As post-script to those interested in climbing Saddle Peak: Overall, I would not rate the route we took as technically difficult if you’re adept at route finding, especially if you choose our descent route for both going up and down through the cliffbands. On the other hand, it is a LOT of work to get up there and it’s not exactly enjoyable. There is simply too much scree, too much sidesloping and too much bushwhacking involved, so I really can’t recommend it to anyone.

saddle-peak_stats-2saddle-peak_map-3 saddle-peak_map-4


DISCLAIMER: Use at your own risk for general guidance only! Do not follow this GPX track blindly but use your own judgement in assessing terrain and choosing the safest route.



A month later and a few hundred metres further north, there is some water in the Ghost River bed but we manage to cross over logs and rocks with our boots on.


Entrance to Banff National Park at Devil’s Gap.


The first dried out Ghost Lake.


A good trail leads along the south shore to campground Lm 31.


The second Ghost Lake.


We are the only people around.


Entrance to campground Lm 31. It was closed at the time due to a bear warning.


The lower part of the ascent drainage.


Soon we are forced high up the left (east) side above the drainage, which is now full of cliffs and waterfalls.


Fall colours are starting to appear.


Lots of cumbersome sidesloping through washouts.


In the upper part, the valley opens up.


The gully offers some enjoyable but short-lived hands-on scrambling.


Looking back at Mount Costigan.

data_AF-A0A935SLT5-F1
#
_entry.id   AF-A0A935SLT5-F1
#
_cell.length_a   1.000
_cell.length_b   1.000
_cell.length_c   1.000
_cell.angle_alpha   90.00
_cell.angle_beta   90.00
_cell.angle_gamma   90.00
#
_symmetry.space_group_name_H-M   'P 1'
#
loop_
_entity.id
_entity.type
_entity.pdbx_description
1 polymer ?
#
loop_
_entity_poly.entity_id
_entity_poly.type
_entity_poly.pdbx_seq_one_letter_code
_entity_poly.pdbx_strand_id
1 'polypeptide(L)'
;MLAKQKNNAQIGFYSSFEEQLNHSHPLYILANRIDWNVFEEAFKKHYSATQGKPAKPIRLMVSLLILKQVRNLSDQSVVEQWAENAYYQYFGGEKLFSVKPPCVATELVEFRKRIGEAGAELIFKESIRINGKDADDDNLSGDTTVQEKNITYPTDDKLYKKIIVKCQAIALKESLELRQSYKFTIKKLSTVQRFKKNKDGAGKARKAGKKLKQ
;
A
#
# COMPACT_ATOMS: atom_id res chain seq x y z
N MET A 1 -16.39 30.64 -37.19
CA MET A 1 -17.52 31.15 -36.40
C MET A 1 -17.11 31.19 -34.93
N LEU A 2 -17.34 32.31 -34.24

Lake Minnewanka.


The terrain gets complex with steep ledges and cliffs.


Fossils in the rock: a whole brachiopod.


The last part is a slog on miserable chunky rubble.


Fine views of Lake Minnewanka.


Finally on the summit ridge. This is the cliff that thwarted our summit attempt a month earlier (looking west).


Happy to be almost there!


The last section is a simple plod up a scree slope.


On the summit of Saddle Peak.


The tip of Blackrock Mountain catches the last rays of sun before the clouds move in completely.


On the horizon far in the distance to the SE is Moose Mountain.


One of the Ghost Lakes to the north.


The original summit register and first entry by Rick Collier and Mardy Roberts from 1993.


And the only other entry – 18 years ago!


A look a the steep drop off on the south side of the west ridge.


The clouds have moved in… time for descent.


Working our way back through the cliffs.


Lots of scree. We found no cairns and no animal trails anywhere.


It’s a long way back to the lake!


I took this shot of our improvised campsite the next morning. What a windy place, the tent was rattling the whole night! That’s what happens when you have to find a spot to camp in the dark.


Mount Pechee at dawn.